The problem of Lincoln, who issued the Emancipation Proclamation on September 22, 1962 to be enforced on January 1, 1963 , freeing all persons held as slaves in the rebellious states, remains. In the Dakota case occurring at the same time, was he a compassionate seeker of justice, or a politician who acted out of political expedience, a leader who balanced justice with military concerns?   

Most surprising in the San Francisco list is the appearance of Diane Feinstein, the 87 year old Senator of California and first female mayor of San Francisco, 1978-1988. She is accused because of an action in 1984.  In the city at that time the Confederate flag was one of 18 flown to symbolize the various stages of American history, what she called “the more than 200 years of America’s rich  history.”  A group of socialist activists led by a man named Richard Bradley removed the flag from its pole in the civic center, cut it and burned it.  Feinstein and San Francisco officials replaced the flag but it was removed again. This time she did not replace the Confederate flag and finally agreed that in its place a flag honoring Union soldiers from California would be flown.  

Britain in recent years has shown the influence of “woke” in at least three ways. In January 2021 a group called Historic England issued a 157 page report that linked British villages, halls,  churches, church repair and road works, and pubs to slavery. A few of the guilty can be cited. St. Nicholas church in Deptford, London, contains memorials to two individuals, Edward Fenton and John Julius Angerstein who co-owned plantations in Grenada, and set up Lloyds of London. In Nunnington, Yorkshire, attention was drawn to a school built by William Rutson, grandson of a cotton merchant and slave trader who had furnished the church and built houses in the village.  In Holnest, Dorset, focus was on a gravestone commemorating John Sawbridge who married a member of a slave-owning family of Barbados.

A second illustration of the woke is the National Trust, a charity and membership organization for heritage conservation, whose purpose is to promote the preservation of, and public access to, buildings of historic or architectural interest. Its properties include more than 500 historic homes, castles, monuments, gardens, and parks, and it is the largest private land-owner in the UK. It now states it has been influenced by the BLM movement and is committed to research and interpretation of the histories and the legacies of slavery, colonialism and colonial expansion connected with its properties, and the cultural links to that colonial expansion.

The Trust reports that funds resulting from foreign conquest and slavery, especially the activity of the East India Company, were the basis for building many of the houses and properties, the country houses, cared for by the Trust.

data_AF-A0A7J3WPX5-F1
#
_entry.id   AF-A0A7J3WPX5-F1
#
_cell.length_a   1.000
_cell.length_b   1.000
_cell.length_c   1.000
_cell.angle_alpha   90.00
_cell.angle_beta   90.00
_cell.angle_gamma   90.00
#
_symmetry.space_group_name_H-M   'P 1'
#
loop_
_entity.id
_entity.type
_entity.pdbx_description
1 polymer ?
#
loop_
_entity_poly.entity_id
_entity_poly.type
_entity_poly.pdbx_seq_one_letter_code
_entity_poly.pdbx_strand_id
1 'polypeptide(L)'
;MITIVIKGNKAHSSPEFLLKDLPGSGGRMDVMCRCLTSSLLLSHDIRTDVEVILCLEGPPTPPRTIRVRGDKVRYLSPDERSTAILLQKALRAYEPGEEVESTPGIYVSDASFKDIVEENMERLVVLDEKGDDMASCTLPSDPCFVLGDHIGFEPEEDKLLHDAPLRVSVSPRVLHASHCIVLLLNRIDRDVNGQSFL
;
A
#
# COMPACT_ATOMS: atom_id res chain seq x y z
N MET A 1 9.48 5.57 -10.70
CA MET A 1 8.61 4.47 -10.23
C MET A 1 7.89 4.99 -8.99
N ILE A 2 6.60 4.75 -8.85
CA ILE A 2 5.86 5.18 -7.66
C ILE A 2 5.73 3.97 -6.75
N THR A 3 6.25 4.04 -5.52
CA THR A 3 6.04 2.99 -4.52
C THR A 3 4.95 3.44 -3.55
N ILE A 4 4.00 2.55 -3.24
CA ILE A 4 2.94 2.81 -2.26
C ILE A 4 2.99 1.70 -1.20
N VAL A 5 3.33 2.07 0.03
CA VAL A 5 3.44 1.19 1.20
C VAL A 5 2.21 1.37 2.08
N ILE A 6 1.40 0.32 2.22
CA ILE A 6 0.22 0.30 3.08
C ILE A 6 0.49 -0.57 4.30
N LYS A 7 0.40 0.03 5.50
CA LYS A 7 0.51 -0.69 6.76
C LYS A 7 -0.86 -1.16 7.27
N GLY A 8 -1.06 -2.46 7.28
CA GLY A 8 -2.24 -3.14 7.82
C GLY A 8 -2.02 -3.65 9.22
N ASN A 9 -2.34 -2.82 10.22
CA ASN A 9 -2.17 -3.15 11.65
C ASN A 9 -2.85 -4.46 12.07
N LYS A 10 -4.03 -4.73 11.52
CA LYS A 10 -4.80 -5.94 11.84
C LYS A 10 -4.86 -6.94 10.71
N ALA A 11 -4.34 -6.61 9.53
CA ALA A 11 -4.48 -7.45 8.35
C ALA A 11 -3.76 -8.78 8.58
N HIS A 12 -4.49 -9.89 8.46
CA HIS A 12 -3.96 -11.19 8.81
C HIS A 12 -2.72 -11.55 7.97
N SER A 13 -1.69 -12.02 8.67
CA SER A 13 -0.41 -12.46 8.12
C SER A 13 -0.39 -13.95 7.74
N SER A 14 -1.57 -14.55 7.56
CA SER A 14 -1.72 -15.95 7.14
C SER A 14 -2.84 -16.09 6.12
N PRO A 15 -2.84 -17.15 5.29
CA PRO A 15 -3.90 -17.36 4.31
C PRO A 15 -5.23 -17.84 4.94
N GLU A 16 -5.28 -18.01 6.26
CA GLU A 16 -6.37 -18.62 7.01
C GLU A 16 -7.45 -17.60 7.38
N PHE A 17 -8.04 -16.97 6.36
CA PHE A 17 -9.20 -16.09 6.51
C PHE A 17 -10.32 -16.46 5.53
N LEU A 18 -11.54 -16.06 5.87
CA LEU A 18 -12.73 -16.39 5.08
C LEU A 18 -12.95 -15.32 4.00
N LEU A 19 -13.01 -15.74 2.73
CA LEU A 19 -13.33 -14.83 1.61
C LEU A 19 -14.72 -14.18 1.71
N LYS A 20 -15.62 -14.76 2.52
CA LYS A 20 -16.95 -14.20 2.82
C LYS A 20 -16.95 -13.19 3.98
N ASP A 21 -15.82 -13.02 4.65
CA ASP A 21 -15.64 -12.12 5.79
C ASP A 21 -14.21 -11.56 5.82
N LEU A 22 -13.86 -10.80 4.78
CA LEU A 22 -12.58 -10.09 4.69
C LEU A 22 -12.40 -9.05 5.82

Attention is drawn to some places with imperial links: Buckland Abbey, Devon, associated with Sir Richard Grenville and Sir Francis Drake, which contains a magnificent self-portrait of Rembrandt:  Ham House, near Richmond, historically  important, and with a treasure trove of late 17th century furniture and painting; Powis Castle, medieval castle and fortress in Powys, Wales, connected with the Clive family because of the artefacts brought from India, though Clive of India himself never owned or lived there; Chartwell in Kent, home of Winston Churchill, 1922-1965. 

A third illustration of woke is a political act. On February 8, 2021 Sadiq Khan, Labor party Mayor of London since 2016 set up a commission of 15, said to be of diversity in the public realm, to review London landmarks and “raise public understanding” of statues, street names, names of buildings, and memorials in the city. It is not supposed to decide on what names should be changed.  However, the membership appears foreboding and seems to include mainly those critical of present society. Among its members are Riz Ahmed, a Muslim of Pakistani ancestry,  actor of Star Wars and a strong public critic of Boris Johnson who he called “overtly racist”, Toyin Agbetu, British- Nigerian social rights activist ,most well known for his rude interruption of the speech of Queen Elizabeth II during the ceremony on the 200th anniversary commemoration of the  abolition of slavery held in March 2007 at Westminster Abbey, Lynette Nabbosa who holds that white supremacy is rooted in British history and that the UK “birthed slavery and colonialism,” and Andrea Emelife, art critic  who called for a decolonized art world.

Mayor Khan has called on the group he appointed to improve diversity in London public spaces, but they may produce a false historical narrative. It remains to be seen if Khan is reducing London’s history into politics, and if woke will prevail.